I’d be all in favor of paid parking on downhill side and nixing the uphill side completely, as I’d rather not rely on the invisible hand of the free market to provide a usable bike lane.
Honestly, assuming we could incentivize people to park primarily on the downhill side, having even a quarter of the uphill spaces still in use would force cyclists to weave in and out of the primary travel lane. I’d really rather have either one lane shared by all, or two guaranteed lanes, to minimize the number of transition zones.
Agreed that 1/4 of the uphill spaces in use is about as bad as them all in use. 1/10 is not. So how it works in practice depends heavily on the parking demand curve and traffic speeds at the time. I will say the basic premise is flexible in degree, so maybe it’s tune-able to work kinda well, kinda most of the time. The heavy weasel wording there is telling. It would actually work much better in conjunction with first parker penalty, per area served by the meter, though I think that would cause still more confusion and teeth gnashing.
At the end of the day I really do prefer my reverse angle parking on the downhill side, lane on the uphill side idea, I’ve just haven’t seen that there was a lot of love for the idea, so I’m trying to come up with others. Non-committal and broadly implementable ones obviously I think are especially experiment worthy.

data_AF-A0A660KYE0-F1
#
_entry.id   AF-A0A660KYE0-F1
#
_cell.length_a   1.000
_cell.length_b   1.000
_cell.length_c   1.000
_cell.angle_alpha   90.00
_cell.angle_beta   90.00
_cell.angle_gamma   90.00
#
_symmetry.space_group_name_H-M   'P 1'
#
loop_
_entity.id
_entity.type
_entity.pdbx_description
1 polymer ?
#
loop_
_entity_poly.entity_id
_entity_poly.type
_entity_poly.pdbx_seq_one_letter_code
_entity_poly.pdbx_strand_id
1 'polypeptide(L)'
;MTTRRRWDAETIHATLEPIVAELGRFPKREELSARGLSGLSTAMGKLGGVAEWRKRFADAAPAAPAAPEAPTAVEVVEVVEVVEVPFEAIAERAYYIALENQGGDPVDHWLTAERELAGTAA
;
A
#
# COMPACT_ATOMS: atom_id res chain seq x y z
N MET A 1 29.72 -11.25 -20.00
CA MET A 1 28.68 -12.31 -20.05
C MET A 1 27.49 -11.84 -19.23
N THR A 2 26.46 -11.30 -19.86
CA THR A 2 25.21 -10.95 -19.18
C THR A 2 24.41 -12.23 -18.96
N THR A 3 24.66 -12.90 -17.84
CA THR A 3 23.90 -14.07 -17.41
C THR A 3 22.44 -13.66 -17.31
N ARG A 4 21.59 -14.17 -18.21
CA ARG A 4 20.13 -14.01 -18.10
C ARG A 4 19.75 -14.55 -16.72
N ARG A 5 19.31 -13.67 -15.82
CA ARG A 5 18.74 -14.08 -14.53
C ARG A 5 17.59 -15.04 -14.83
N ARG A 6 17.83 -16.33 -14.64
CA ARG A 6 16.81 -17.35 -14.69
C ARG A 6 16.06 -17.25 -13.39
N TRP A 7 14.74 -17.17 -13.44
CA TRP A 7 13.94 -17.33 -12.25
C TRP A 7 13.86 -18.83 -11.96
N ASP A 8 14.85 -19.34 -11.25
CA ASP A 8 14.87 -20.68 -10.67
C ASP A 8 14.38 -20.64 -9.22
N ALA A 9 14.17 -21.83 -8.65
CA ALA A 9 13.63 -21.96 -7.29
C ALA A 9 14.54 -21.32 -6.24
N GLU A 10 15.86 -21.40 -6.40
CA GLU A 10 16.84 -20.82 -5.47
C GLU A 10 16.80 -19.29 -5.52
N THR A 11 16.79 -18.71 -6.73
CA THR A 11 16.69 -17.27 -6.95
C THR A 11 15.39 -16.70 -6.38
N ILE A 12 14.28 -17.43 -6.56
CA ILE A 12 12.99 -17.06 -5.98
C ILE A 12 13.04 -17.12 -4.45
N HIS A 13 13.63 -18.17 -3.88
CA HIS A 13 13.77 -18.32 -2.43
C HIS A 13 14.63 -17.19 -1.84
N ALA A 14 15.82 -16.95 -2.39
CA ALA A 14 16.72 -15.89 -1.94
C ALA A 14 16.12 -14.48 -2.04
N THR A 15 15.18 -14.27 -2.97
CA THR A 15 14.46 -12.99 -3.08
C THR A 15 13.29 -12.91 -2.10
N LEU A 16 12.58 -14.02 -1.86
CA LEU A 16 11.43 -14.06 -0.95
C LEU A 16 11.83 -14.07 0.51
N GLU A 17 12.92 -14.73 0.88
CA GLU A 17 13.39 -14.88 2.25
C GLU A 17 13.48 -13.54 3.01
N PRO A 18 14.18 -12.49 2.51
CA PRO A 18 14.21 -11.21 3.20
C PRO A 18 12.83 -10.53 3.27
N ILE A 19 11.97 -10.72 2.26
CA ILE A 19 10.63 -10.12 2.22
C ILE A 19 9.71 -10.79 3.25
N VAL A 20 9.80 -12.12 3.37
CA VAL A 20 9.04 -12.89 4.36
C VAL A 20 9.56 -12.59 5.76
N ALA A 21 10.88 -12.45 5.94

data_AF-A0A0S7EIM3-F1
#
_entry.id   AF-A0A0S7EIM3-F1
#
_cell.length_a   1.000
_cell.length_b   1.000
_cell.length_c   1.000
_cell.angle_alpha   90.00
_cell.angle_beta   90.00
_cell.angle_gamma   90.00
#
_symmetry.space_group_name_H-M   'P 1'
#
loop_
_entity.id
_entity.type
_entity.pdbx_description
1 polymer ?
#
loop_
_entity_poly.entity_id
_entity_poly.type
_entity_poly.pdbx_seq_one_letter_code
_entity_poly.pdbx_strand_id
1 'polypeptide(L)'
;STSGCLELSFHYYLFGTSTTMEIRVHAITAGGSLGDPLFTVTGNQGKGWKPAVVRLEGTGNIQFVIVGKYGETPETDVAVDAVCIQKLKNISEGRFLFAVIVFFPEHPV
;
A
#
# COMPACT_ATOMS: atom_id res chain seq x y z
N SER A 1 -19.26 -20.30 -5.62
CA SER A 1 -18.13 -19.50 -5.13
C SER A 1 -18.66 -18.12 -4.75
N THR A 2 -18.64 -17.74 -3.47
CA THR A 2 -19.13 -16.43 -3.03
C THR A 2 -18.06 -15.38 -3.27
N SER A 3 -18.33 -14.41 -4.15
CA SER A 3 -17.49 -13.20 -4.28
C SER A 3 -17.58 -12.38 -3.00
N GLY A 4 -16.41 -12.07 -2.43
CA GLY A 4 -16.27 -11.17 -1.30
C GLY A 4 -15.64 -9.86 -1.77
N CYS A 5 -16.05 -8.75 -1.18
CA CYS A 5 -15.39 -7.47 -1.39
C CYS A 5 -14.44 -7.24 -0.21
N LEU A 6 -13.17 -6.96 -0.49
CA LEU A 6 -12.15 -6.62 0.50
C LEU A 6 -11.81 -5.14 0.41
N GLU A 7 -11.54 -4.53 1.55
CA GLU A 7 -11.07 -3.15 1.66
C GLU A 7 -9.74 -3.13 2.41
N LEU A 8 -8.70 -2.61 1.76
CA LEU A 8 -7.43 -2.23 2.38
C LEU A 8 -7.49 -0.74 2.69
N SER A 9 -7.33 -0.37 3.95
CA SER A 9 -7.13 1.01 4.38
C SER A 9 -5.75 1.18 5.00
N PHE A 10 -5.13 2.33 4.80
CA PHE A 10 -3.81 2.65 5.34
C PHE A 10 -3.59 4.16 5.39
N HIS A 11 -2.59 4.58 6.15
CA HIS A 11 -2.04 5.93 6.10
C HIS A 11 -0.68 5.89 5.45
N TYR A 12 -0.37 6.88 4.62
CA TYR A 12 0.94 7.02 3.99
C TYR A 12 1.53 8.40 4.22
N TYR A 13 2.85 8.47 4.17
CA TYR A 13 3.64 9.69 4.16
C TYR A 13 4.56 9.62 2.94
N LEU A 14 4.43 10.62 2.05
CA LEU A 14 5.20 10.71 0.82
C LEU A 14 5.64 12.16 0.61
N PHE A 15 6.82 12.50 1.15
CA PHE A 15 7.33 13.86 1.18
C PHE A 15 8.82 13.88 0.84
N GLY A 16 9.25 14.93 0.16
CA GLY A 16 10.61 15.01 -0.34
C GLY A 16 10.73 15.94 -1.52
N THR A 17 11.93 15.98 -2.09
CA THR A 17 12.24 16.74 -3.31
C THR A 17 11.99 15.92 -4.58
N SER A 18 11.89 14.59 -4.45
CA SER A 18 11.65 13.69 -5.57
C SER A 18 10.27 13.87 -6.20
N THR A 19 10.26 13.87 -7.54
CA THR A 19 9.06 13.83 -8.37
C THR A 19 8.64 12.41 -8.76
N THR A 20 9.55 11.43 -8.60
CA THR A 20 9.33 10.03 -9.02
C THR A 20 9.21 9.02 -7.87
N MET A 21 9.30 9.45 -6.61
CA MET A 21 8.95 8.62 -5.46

“I will say the basic premise is flexible in degree, so maybe it’s tune-able to work kinda well, kinda most of the time. The heavy weasel wording there is telling.”
That, to me, is the deal breaker. Especially for less-experienced cyclists, I’d rather have a reasonably consistent level of danger than a “sometimes okay, sometime not, you’ll find out when you get there” sort of thing.
(Also, bear in mind that one of the selling points for the new parking kiosks was that you don’t have to use a specific one, just a nearby one. You’re supposed to be able to use whatever kiosk is most convenient, not necessarily whatever one is closest to your car.)
“At the end of the day I really do prefer my reverse angle parking on the downhill side, lane on the uphill side idea”